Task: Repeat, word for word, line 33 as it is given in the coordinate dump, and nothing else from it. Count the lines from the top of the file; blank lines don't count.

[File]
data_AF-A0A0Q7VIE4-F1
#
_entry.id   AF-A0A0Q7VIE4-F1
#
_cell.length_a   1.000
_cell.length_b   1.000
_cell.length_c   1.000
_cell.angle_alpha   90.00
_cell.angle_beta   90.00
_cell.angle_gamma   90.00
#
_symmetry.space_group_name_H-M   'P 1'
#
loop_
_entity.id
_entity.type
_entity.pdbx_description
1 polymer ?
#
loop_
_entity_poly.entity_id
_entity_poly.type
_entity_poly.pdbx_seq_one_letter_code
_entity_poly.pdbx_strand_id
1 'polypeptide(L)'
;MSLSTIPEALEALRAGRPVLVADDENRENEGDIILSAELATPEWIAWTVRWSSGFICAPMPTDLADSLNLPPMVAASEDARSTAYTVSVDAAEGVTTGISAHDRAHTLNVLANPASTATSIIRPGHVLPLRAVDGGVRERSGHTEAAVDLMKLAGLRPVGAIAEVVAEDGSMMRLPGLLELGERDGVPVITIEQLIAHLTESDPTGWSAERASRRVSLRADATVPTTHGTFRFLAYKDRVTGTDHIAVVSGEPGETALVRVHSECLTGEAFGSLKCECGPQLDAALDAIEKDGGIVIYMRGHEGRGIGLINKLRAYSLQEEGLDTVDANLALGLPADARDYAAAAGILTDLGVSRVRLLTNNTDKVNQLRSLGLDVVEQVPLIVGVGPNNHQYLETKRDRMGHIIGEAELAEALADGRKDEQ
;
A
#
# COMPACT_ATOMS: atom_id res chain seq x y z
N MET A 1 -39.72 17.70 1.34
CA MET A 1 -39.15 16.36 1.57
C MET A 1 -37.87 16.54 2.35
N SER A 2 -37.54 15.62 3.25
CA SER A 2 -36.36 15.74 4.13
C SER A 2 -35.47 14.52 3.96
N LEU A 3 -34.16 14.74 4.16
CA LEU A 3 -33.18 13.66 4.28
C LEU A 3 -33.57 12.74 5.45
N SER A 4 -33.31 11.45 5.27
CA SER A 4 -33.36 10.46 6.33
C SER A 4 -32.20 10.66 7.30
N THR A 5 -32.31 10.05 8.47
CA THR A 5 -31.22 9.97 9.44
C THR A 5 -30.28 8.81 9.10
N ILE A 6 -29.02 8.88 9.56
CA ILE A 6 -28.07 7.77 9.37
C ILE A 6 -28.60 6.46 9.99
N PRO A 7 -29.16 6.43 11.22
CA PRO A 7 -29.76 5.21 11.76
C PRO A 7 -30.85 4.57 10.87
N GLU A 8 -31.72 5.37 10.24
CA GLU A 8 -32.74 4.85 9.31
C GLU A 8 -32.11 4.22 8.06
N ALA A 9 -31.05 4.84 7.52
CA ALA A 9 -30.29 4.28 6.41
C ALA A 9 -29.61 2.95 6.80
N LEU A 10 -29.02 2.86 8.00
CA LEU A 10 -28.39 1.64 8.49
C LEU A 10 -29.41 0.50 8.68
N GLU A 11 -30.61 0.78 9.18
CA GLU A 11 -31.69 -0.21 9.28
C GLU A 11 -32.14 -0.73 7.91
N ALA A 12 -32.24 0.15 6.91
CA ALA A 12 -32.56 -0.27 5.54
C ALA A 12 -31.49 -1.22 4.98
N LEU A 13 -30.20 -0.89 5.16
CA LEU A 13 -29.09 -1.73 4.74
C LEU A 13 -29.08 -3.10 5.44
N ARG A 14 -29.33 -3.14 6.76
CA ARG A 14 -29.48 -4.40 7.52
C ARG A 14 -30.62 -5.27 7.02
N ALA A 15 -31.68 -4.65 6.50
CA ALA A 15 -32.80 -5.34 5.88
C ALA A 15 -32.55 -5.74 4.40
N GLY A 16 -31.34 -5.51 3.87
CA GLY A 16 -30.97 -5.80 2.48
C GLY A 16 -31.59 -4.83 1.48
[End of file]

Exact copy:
C MET A 1 -37.87 16.54 2.35